Reference Architecture & Frameworks–A Consolidation

Overview of Reference Architecture

Reference architectures are standardized architectures that provide a frame of reference for a vertical domain or sector. Reference models or architectures provide a common vocabulary, reusable designs and industry best practices. They are not solution architectures, i.e. they are not implemented directly. Rather, they are used as a constraint for more concrete architectures. Typically, a reference architecture includes common architecture principles, patterns, building blocks and standards.

A reference architecture in the field of software architecture provides a template solution for an architecture for a domain. It also provides a common vocabulary with which to discuss implementations, often with the aim to stress commonality. A software reference architecture is a software architecture where the structures and respective elements and relations provide templates for concrete architectures in a domain.

Many domains have defined their reference architectures. Well-known examples include:

  • BIAN service landscape for the banking industry;
  • ACORD Framework for the insurance industry;
  • eTOM business process framework for the telecommunications industry from the TMForum;
  • Different government reference architectures, for example the Dutch NORA and her 'daughters', the US FEAF or the Australian AGA;
  • Defense architecture frameworks such as NAF, DODAF and MoDAF;
  • Reference architectures for manufacturing and supply chains such as ISA-95 and SCOR.

Most of these reference architectures includes common business building blocks, business capabilities and business processes for a specific vertical domain. They may include for example common data models, communication standards and exchange formats, and sometimes even common software building blocks and mostly reusable assets and models.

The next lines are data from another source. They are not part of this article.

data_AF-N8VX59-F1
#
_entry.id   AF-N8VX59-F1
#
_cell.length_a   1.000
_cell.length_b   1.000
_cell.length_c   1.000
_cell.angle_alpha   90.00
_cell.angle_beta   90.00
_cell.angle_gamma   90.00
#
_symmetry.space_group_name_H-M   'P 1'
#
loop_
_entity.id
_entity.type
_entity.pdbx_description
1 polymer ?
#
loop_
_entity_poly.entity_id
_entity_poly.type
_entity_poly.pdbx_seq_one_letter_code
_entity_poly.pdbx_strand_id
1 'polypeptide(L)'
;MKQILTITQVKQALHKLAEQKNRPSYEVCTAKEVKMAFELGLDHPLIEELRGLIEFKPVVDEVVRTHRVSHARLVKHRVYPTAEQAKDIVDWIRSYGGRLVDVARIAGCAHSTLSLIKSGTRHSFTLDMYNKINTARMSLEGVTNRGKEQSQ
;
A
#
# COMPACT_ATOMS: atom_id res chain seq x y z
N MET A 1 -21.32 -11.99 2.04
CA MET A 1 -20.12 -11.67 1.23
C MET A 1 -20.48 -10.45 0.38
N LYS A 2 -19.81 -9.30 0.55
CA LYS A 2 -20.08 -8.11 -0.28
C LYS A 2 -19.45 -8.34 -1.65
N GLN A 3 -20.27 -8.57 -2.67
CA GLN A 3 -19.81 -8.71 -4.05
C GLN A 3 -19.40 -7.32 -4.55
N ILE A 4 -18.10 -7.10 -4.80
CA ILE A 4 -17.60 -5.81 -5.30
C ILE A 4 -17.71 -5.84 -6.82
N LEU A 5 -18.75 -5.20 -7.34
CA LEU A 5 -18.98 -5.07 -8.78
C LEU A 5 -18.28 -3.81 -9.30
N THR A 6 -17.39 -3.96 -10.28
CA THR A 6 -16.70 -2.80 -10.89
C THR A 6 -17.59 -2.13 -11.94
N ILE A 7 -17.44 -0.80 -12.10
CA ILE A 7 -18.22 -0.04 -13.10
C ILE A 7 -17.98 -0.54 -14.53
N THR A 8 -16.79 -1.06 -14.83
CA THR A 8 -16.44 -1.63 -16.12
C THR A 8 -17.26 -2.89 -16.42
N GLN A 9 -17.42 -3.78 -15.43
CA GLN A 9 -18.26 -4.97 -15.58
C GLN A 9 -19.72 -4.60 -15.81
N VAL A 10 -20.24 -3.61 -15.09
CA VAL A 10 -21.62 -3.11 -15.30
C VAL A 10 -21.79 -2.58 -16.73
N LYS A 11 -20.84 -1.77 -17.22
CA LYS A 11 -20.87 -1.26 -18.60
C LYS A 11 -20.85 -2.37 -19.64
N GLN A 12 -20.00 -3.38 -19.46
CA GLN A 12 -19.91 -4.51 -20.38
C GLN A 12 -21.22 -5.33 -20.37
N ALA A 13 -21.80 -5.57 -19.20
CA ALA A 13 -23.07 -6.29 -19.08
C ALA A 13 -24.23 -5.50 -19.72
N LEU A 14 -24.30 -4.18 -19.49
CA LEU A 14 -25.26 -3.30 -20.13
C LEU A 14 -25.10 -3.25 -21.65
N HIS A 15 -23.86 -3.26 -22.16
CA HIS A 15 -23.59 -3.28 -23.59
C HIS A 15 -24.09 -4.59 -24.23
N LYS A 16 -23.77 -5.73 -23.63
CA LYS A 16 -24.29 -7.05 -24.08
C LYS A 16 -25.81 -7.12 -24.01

A reference architecture provides a template, often based on the generalization of a set of solutions. These solutions may have been generalized and structured for the depiction of one or more architecture structures based on the harvesting of a set of patterns that have been observed in a number of successful implementations. Further it shows how to compose these parts together into a solution. Reference Architectures will be instantiated for a particular domain or for specific projects.

DRIVERS FOR REFERENCE ARCHITECTURE & FRAMEWORKS

Frame of Reference: Reference architectures provide a frame of reference that help you to get an overview of a domain and they provide a starting point for your own enterprise architecture effort. They provide you with basic structures so you do not have to reinvent the wheel. Reference architectures are most valuable for those aspects and elements of your organization on which you do not compete with others.